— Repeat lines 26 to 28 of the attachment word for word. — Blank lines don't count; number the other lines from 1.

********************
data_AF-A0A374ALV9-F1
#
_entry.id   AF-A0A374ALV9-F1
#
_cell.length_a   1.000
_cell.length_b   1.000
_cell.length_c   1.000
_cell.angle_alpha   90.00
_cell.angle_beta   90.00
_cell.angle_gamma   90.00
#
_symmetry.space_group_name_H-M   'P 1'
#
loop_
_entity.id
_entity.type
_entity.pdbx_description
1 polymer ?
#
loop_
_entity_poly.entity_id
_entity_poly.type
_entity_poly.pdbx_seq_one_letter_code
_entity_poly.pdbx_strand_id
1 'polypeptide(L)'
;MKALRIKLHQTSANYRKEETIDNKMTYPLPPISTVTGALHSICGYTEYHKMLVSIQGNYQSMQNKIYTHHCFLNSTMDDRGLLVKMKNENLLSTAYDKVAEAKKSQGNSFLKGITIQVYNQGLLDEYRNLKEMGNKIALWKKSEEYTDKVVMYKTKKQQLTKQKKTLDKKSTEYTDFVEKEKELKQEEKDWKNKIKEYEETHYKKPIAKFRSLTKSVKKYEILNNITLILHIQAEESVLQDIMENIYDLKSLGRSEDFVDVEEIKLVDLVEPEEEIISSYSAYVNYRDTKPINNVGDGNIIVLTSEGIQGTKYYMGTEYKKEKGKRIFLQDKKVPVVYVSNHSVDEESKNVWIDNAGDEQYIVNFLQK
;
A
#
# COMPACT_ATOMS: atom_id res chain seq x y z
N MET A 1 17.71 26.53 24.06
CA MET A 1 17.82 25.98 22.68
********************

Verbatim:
;MKALRIKLHQTSANYRKEETIDNKMTYPLPPISTVTGALHSICGYTEYHKMLVSIQGNYQSMQNKIYTHHCFLNSTMDDRGLLVKMKNENLLSTAYDKVAEAKKSQGNSFLKGITIQVYNQGLLDEYRNLKEMGNKIALWKKSEEYTDKVVMYKTKKQQLTKQKKTLDKKSTEYTDFVEKEKELKQEEKDWKNKIKEYEETHYKKPIAKFRSLTKSVKKYEILNNITLILHIQAEESVLQDIMENIYDLKSLGRSEDFVDVEEIKLVDLVEPEEEIISSYSAYVNYRDTKPINNVGDGNIIVLTSEGIQGTKYYMGTEYKKEKGKRIFLQDKKVPVVYVSNHSVDEESKNVWIDNAGDEQYIVNFLQK
;
A